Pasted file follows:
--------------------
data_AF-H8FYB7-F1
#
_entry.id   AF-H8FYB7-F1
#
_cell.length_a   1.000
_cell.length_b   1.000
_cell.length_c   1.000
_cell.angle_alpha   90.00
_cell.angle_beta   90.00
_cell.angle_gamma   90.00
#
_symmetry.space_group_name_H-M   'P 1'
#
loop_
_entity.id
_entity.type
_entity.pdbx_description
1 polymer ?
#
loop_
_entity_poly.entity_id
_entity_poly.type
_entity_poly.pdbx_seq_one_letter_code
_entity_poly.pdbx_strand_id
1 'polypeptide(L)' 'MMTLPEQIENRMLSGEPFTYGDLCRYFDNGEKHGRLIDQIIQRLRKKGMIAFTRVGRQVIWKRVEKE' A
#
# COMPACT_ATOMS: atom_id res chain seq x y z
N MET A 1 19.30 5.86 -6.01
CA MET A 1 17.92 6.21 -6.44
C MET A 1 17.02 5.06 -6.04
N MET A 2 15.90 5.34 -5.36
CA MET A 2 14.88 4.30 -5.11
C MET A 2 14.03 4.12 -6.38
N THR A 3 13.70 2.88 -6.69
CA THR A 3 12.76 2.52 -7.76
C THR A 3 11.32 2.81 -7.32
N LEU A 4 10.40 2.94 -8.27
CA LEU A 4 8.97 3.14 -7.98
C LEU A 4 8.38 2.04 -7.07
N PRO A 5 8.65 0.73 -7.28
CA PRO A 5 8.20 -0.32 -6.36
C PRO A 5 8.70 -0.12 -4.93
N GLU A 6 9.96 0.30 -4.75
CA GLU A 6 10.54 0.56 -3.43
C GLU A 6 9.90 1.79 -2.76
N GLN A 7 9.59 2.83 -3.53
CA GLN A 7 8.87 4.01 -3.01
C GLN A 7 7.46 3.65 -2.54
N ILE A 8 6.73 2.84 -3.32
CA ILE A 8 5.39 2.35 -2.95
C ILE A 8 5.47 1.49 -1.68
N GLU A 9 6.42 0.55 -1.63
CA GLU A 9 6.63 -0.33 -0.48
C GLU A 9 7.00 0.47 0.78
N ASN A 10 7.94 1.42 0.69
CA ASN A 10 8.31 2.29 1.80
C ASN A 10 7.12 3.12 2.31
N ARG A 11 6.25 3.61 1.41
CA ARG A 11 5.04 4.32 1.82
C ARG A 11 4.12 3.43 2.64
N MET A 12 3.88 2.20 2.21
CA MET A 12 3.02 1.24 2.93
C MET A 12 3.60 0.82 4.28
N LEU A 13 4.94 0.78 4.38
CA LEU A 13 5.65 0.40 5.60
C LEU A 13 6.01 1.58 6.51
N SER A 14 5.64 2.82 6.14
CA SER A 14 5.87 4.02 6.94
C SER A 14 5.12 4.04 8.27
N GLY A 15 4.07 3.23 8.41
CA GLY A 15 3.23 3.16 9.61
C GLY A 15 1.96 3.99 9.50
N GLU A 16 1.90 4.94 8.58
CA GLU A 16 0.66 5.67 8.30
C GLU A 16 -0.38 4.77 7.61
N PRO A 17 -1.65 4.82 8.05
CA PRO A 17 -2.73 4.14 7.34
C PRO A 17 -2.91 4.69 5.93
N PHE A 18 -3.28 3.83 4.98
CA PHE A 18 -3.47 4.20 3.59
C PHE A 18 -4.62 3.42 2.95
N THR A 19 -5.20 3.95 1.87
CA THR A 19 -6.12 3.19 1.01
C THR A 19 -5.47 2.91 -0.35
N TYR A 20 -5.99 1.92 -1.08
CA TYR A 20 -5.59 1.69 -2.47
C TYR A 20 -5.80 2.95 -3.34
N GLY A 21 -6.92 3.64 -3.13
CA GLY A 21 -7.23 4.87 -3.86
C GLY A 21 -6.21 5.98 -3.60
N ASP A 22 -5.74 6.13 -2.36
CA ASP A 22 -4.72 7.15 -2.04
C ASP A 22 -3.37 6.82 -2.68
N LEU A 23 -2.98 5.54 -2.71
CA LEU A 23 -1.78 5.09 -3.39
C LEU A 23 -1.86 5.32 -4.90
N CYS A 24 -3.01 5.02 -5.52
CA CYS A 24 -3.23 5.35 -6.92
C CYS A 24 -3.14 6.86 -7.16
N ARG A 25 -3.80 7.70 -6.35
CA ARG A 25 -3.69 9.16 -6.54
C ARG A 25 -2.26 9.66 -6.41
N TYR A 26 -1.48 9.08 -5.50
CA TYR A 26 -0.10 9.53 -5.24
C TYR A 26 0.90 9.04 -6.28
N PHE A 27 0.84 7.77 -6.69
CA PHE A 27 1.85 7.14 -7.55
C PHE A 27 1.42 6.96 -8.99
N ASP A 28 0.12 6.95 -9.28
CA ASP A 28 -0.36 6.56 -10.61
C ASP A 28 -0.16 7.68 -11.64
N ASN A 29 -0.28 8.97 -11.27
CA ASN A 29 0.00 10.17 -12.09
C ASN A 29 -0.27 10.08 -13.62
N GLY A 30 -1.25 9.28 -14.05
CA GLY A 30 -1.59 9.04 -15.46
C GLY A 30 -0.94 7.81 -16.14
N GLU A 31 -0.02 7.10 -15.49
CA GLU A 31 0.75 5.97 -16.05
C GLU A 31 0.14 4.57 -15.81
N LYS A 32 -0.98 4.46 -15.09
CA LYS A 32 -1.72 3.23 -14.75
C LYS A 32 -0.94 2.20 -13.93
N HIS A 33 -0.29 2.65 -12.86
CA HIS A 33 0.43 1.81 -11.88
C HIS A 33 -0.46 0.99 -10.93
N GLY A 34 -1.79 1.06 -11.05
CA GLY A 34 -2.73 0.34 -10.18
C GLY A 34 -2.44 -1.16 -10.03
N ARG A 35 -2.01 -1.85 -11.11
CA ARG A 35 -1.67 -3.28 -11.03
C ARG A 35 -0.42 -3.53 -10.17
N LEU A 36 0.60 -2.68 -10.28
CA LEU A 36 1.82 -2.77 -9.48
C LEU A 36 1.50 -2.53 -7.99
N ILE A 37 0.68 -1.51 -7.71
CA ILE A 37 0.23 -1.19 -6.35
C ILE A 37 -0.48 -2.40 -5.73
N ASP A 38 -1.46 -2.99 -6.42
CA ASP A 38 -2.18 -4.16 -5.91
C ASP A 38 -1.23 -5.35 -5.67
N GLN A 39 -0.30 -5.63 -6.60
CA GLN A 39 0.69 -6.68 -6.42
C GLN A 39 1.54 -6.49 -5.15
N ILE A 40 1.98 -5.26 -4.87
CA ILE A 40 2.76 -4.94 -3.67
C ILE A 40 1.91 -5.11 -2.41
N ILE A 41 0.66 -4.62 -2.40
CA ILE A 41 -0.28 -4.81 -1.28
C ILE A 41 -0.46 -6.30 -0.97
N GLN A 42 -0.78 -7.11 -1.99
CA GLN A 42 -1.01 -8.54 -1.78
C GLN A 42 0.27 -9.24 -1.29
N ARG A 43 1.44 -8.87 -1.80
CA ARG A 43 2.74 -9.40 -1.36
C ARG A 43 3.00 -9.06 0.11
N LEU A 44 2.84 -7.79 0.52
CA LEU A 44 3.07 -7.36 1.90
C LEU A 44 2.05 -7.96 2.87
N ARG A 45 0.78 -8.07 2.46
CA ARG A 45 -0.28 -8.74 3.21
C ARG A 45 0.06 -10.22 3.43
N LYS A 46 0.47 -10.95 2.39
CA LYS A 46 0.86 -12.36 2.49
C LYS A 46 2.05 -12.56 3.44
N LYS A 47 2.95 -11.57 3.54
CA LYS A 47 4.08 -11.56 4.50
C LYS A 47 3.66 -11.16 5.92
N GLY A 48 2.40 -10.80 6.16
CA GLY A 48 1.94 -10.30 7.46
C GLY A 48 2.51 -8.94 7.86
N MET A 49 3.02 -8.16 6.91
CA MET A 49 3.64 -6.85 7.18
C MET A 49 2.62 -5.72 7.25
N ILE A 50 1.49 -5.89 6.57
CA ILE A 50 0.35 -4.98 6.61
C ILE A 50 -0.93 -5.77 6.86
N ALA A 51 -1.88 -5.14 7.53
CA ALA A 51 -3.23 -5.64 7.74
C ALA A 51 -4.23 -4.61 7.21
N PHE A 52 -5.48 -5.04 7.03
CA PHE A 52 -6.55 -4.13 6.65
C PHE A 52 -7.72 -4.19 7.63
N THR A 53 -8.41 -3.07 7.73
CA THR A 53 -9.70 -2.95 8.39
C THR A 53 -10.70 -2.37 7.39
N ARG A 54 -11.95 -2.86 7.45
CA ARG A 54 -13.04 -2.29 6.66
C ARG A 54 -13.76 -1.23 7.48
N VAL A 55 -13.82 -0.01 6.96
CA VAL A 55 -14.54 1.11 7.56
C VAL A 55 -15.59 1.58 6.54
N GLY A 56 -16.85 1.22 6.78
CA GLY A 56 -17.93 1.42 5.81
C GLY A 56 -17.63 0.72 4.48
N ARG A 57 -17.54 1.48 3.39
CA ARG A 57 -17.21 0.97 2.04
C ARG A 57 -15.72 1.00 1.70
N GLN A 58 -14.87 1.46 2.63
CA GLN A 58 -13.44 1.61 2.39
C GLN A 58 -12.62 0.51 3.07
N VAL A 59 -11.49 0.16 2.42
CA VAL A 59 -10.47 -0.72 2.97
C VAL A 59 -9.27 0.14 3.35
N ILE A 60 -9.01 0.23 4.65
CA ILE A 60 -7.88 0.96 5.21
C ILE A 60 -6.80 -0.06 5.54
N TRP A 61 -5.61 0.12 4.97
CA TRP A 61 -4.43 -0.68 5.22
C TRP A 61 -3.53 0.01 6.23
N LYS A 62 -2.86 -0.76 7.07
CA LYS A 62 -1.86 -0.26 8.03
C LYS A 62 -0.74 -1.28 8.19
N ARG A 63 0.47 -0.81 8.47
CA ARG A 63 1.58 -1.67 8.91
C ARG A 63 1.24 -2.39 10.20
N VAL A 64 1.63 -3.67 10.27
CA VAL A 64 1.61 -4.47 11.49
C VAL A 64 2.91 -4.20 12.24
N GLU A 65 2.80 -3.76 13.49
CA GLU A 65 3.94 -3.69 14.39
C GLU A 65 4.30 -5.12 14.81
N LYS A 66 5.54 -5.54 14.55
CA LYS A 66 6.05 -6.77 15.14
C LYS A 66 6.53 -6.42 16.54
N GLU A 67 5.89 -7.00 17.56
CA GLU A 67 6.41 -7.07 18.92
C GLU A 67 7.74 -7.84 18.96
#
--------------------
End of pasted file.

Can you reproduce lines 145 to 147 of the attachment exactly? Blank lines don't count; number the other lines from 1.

N ILE A 40 1.98 -5.26 -4.87
CA ILE A 40 2.76 -4.94 -3.67
C ILE A 40 1.91 -5.11 -2.41